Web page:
Most of the region saw scattered rainshowers throughout the past week. Warm temperatures over the weekend were sufficient to dry fields enough for spraying operations. Crops are advancing with the heat; crops are shorter in height and are tillering quickly.
The majority of acres in the region needs to be sprayed. Producers are keeping an eye on crop staging. Throughout the region approximately 15 per cent of the acres remain unseeded. Most producers are still looking at seeding. However, there remain areas where land is too wet and will not dry before seeding deadlines.
Winter wheat is heading while majority of fall rye acres have headed. Both crops look good.
Forage crops are advancing well and producers will start haying within the next couple of weeks. Pastures are doing well.
With the exception of The Pas, significant rain fell across most of the Northwest region during the week. Estimates for the region suggest 15 per cent of acres remain unseeded, which mainly are intended for canola. Some localized areas have as high as 50 per cent total unseeded. As overall averages, flooded field conditions exist on approximately 10 per cent and an additional 15 per cent of planted fields areas are extremely wet to saturated. The remaining field acres are upwards of 50 to 80 per cent yellowed due to wet soil and some possible nitrogen losses.
Approximately 30 per cent of herbicide applications have been completed on wheat. Where producers can spray the crops, rutting is evident in many fields.
Cereal leaf diseases are developing with reports of tan spot observed on lower leaves of wheat.
Diamondback moth counts continue to be low through the area. Forage and pasture growth is good. Dugouts are full with the creeks and streams in full flow.
The Central region received varying amounts of precipitation. Hail was reported in few locations last week but no reports of damage. The cool weather this past week has helped stressed crops to recover.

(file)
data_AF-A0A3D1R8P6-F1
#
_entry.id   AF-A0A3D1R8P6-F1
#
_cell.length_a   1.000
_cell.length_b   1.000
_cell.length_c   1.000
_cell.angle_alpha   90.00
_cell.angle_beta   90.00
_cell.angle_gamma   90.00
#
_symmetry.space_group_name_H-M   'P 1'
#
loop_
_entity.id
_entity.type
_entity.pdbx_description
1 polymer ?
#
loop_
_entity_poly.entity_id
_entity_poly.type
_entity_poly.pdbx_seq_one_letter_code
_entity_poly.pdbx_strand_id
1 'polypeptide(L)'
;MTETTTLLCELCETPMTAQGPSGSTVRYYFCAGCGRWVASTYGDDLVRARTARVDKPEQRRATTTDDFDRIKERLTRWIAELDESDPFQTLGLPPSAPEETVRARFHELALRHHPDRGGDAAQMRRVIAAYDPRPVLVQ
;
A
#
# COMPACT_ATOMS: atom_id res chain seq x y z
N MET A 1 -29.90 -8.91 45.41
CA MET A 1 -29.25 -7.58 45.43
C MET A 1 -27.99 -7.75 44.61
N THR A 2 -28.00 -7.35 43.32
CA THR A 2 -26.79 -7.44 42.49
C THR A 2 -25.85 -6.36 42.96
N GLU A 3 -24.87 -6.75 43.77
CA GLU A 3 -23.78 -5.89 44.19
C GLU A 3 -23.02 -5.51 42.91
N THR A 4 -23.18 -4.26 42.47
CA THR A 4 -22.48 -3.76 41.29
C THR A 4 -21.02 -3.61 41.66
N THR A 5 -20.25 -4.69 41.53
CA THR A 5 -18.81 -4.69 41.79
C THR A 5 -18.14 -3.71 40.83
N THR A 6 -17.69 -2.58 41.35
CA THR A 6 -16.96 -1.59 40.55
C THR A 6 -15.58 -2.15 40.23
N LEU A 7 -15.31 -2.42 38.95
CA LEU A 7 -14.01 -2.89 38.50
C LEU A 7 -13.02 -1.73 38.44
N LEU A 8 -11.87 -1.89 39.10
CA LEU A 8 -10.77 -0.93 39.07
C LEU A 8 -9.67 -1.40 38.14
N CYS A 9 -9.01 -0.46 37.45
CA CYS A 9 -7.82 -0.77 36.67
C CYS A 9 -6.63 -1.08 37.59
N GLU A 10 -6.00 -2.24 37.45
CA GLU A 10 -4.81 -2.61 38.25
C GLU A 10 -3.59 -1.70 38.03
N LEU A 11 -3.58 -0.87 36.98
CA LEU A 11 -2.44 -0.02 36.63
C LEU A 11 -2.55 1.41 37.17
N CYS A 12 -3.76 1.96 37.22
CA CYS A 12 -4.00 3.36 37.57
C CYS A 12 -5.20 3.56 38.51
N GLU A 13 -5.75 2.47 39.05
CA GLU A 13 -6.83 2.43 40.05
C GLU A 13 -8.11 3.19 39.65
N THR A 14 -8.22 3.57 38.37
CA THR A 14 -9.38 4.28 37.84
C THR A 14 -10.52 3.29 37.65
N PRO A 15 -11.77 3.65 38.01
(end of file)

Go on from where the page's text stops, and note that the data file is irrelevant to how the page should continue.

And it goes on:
A large number of the fields in the Fannystelle, Starbuck and Elie region still have water issues and may not be reseeded this year. Canola is being floated on and harrowed because of wet field conditions. Few producers were able to seed edible beans and soybeans.
Weed control is an issue and airplanes are being used. A number of fields have been sprayed in the last week. Producers are inquiring about nutrient availability due to the heavy rains.
Winter wheat and fall rye are starting to head out. Fungicides are being applied to winter wheat to control leaf and head disease. Wheat streak mosaic is still evident on fields in the Somerset area. Diamondback moth traps continue to show high numbers and producers should be aware larvae are hatching.
Producers are trying to use the weather forecast to cut alfalfa and put into good-quality feed. Pastures are maintaining good growth if fields do not have standing water.
Spraying was delayed by wet conditions until late in the week. The window for applying herbicides on some early-seeded fields is closing quickly.
Earlier-seeded fields are managing the excess moisture better than late-seeded crops. Barley and oats are tillering while some wheat fields are approaching flag leaf. Some tan spot and septoria has been reported with low intensity. Plant death is prominent in areas where water in the field is still noticeable (one to 10 per cent); crop yellowing (five to 25 per cent) while low-lying areas are still pale green (10 to 75 per cent). Canola staging ranges from four leaf (75 per cent) to early flowering.
Soybean development ranges from cotyledon to third-trifoliate-leaf stage. Nodulation is well established on plant roots. Damage from excess moisture is noticeable in low areas.
Corn is in the V4 to V5 stage and looks good. Sunflowers are in V3 to V6 and also look good. Winter wheat is 75 to 100 per cent headed out with very good plant stands.
Diamondback moth counts were lower last week but total counts are high indicating a potential problem later this summer.
Alfalfa fields are budding with producers cutting late in the week.
Last week precipitation varied across the Interlake as a result of thunderstorms. The Gunton area reported between 85 and 100 mm of rain in one afternoon. The area north and east of Fisher Branch also reported 75 mm on Tuesday evening.
Some areas have been saturated for several weeks.
Pale-green cereal crops are prevalent in wetter parts of fields due to water stress or loss of nitrogen. Herbicide applications continue with ground sprayers leaving ruts. Aerial herbicide applications have been made in the wetter areas.
Early-planted canola crops are in early-bud stage. Water stress on young canola has resulted in a high degree of crop loss and is most prevalent in the north Interlake. Some canola that was just seeded prior to excessive rains has not emerged.
Soybean crops range from just emerged to the second-trifoliate-leaf stage.
Winter wheat crops have headed out and fungicide application is underway.
Alfalfa hay crops have started to bloom with harvest being postponed by dairy producers until the weather pattern changes to sunny and drier conditions. The height on the more productive alfalfa hayfields is now between 26 and 30 inches.
Pastures are generally in good condition as grass growth is excellent. Pastures are being damaged from hoof action as cattle graze on the wet soils.